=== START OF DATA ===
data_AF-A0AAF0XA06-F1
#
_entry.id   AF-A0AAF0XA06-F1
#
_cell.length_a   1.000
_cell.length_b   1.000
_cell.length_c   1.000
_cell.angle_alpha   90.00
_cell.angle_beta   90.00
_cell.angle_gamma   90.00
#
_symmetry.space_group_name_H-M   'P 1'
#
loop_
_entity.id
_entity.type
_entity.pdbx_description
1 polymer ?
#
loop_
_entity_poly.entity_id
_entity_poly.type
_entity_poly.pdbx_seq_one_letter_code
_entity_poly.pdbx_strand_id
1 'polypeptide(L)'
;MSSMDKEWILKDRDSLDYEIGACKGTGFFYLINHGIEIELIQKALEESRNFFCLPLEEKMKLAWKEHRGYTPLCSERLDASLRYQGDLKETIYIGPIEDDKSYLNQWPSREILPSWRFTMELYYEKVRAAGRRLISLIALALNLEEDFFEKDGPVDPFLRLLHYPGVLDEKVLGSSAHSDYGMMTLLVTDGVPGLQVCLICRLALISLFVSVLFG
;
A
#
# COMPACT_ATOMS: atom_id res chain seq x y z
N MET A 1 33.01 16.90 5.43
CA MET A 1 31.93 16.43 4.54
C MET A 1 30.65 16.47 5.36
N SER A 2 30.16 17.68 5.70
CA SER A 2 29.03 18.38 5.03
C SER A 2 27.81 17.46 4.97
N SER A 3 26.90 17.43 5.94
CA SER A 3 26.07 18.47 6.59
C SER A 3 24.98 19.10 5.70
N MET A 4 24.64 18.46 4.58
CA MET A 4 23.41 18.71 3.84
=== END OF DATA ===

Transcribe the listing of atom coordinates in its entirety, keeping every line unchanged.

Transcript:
data_AF-A0AAF0XA06-F1
#
_entry.id   AF-A0AAF0XA06-F1
#
_cell.length_a   1.000
_cell.length_b   1.000
_cell.length_c   1.000
_cell.angle_alpha   90.00
_cell.angle_beta   90.00
_cell.angle_gamma   90.00
#
_symmetry.space_group_name_H-M   'P 1'
#
loop_
_entity.id
_entity.type
_entity.pdbx_description
1 polymer ?
#
loop_
_entity_poly.entity_id
_entity_poly.type
_entity_poly.pdbx_seq_one_letter_code
_entity_poly.pdbx_strand_id
1 'polypeptide(L)'
;MSSMDKEWILKDRDSLDYEIGACKGTGFFYLINHGIEIELIQKALEESRNFFCLPLEEKMKLAWKEHRGYTPLCSERLDASLRYQGDLKETIYIGPIEDDKSYLNQWPSREILPSWRFTMELYYEKVRAAGRRLISLIALALNLEEDFFEKDGPVDPFLRLLHYPGVLDEKVLGSSAHSDYGMMTLLVTDGVPGLQVCLICRLALISLFVSVLFG
;
A
#
# COMPACT_ATOMS: atom_id res chain seq x y z
N MET A 1 33.01 16.90 5.43
CA MET A 1 31.93 16.43 4.54
C MET A 1 30.65 16.47 5.36
N SER A 2 30.16 17.68 5.70
CA SER A 2 29.03 18.38 5.03
C SER A 2 27.81 17.46 4.97
N SER A 3 26.90 17.43 5.94
CA SER A 3 26.07 18.47 6.59
C SER A 3 24.98 19.10 5.70
N MET A 4 24.64 18.46 4.58
CA MET A 4 23.41 18.71 3.84